Legend has it that an eagle once landed on the ox-cart of a poor Phrygian (central Asia minor) man named Gordias. Amazed by this sign, Gordias consecrated the ox-cart to the Phyrgian god Sabazios - the god corresponding to Zeus in the Greek pantheon. The shaft of the ox-cart was tied with an intricate knot to commemorate this ominous event.
Many years later, the Phrygians were without a ruler. A Phrygian seer declared that the next man to enter the city gates on an ox-cart should become next king of the Phyrgians. Ahmidas, the son of Gordias, unsuspectingly drove his ox-cart, the one bearing the knot, through the gates. Ahmidas son of Gordias was crowned king of the Phrygians and established his dynasty. The seers stated that the man who could untie Gordias' knot on the ox-cart would be next king of Phrygia.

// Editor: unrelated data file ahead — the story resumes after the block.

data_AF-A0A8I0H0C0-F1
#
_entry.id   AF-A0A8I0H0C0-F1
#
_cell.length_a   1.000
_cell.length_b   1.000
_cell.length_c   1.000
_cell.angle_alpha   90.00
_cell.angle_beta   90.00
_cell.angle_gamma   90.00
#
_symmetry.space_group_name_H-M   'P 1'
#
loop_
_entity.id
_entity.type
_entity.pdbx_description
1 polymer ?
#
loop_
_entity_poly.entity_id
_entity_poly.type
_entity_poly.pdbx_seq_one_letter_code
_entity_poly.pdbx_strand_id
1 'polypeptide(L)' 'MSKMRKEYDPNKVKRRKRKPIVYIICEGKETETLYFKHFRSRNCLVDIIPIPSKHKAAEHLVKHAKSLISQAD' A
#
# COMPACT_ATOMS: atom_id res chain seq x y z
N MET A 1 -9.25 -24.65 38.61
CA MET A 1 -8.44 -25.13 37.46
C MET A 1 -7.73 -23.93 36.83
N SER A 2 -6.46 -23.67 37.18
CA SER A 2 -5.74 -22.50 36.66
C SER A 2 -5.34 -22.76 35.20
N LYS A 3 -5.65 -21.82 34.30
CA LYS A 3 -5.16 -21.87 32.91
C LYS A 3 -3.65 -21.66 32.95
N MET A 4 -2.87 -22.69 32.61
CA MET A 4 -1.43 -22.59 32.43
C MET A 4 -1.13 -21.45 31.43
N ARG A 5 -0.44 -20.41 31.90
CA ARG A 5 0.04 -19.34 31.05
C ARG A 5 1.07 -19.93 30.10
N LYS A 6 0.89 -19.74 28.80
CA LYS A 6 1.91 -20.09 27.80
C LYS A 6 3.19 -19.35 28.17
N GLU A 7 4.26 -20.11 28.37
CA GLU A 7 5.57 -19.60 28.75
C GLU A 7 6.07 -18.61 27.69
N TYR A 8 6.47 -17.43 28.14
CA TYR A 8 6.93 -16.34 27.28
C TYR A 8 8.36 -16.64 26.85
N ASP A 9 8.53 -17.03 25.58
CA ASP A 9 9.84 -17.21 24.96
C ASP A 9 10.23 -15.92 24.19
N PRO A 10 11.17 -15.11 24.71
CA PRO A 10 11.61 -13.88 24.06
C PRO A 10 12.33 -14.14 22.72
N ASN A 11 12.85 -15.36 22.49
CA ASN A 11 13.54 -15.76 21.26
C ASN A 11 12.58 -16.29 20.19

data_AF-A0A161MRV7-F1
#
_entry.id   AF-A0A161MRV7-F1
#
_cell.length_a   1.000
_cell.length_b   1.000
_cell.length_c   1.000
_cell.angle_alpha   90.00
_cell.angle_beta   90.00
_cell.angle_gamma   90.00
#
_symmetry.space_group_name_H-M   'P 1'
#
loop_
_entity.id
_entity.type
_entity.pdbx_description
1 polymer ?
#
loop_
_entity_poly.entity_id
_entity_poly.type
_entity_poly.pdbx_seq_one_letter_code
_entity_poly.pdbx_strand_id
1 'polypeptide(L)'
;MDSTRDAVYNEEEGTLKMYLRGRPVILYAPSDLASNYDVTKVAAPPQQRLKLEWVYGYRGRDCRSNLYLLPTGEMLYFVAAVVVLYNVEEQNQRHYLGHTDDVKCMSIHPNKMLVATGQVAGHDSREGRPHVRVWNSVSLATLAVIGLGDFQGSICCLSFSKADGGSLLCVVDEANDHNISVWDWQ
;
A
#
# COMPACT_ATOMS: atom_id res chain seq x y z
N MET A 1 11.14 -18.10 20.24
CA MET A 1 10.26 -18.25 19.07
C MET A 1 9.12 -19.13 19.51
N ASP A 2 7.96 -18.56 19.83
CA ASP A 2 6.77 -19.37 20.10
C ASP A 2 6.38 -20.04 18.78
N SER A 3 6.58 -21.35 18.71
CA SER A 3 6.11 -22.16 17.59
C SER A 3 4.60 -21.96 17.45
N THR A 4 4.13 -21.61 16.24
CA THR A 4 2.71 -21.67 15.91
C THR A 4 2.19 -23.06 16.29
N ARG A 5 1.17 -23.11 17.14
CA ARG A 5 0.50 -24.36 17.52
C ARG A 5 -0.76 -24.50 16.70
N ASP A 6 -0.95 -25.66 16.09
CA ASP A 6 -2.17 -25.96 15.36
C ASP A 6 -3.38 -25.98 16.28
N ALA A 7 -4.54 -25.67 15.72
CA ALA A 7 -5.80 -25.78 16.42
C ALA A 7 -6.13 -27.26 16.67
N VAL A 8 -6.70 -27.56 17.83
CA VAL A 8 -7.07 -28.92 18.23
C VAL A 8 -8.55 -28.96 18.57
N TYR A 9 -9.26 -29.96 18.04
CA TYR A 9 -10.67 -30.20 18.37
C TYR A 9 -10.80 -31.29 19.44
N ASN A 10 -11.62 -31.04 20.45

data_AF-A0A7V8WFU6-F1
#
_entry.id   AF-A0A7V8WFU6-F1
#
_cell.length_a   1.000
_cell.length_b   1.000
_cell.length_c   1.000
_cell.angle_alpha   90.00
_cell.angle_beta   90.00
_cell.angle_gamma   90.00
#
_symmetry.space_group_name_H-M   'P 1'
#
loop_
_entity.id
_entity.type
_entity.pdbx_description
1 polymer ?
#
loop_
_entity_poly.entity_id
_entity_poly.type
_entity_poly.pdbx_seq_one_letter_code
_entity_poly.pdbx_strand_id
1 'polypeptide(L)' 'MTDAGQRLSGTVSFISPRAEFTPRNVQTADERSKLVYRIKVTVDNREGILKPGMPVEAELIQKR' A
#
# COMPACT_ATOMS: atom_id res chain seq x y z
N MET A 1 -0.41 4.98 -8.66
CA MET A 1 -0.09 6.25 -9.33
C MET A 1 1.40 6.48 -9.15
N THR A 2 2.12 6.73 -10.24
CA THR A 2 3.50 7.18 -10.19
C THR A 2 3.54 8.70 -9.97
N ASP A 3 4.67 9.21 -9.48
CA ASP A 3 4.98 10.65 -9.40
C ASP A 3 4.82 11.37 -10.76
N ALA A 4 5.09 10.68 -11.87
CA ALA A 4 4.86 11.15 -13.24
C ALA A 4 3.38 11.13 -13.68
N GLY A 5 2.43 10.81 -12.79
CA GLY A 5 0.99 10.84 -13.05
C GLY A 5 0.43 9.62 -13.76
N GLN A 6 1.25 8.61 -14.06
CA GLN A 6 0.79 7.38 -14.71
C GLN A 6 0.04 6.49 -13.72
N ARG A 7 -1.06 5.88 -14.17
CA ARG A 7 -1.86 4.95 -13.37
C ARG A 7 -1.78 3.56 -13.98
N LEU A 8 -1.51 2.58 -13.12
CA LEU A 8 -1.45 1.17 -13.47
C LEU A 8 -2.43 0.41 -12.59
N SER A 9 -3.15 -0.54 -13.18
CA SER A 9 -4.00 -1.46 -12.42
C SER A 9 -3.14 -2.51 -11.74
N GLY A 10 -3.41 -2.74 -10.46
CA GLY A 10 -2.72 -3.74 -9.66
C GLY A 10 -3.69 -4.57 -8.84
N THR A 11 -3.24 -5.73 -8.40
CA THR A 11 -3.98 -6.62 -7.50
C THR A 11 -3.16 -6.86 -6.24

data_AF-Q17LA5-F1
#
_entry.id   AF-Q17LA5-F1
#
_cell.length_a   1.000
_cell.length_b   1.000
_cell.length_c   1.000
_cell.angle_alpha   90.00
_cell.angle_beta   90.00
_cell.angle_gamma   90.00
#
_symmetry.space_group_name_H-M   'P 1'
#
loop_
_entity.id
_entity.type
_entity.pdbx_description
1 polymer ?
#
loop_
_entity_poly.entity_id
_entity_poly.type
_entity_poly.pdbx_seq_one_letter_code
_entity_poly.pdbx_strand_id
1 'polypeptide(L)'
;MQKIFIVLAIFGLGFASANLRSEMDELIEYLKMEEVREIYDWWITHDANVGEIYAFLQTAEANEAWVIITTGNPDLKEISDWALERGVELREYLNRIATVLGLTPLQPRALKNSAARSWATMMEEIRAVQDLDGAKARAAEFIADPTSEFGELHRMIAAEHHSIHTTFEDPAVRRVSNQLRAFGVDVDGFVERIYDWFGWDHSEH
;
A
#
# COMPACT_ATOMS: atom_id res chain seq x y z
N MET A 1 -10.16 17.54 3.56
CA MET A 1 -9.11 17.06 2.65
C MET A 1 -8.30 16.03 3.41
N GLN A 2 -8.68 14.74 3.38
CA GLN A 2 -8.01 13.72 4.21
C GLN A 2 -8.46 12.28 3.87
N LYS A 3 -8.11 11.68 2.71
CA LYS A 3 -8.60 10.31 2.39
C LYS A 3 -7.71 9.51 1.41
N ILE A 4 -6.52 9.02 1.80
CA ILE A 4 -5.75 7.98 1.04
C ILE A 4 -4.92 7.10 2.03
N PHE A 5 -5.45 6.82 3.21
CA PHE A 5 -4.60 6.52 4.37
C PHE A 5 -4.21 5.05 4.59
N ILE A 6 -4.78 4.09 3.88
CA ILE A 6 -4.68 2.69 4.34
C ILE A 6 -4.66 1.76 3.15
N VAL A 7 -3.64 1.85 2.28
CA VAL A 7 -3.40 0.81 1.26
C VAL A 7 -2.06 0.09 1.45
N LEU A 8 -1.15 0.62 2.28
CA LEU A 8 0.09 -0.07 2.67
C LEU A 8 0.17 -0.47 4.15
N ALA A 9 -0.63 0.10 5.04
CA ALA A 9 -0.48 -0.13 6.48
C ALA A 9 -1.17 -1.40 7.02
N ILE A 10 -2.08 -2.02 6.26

Alexander the Great arrived in Phrygia in 333 BC. While spending the winter at Gordion, he was challenged to untie the famous Knot of Gordias. Alexander attempted to untie the Gordian knot, but he could not find the end of the cord. Unable to unbind the knot, Alexander sliced the knot with his sword and loosened the Gordian Knot. He went on to conquer the Phrygians and all of Asia Minor.
Today, "cutting the Gordian knot" refers to someone who quickly solves a problem by thinking outside of the box.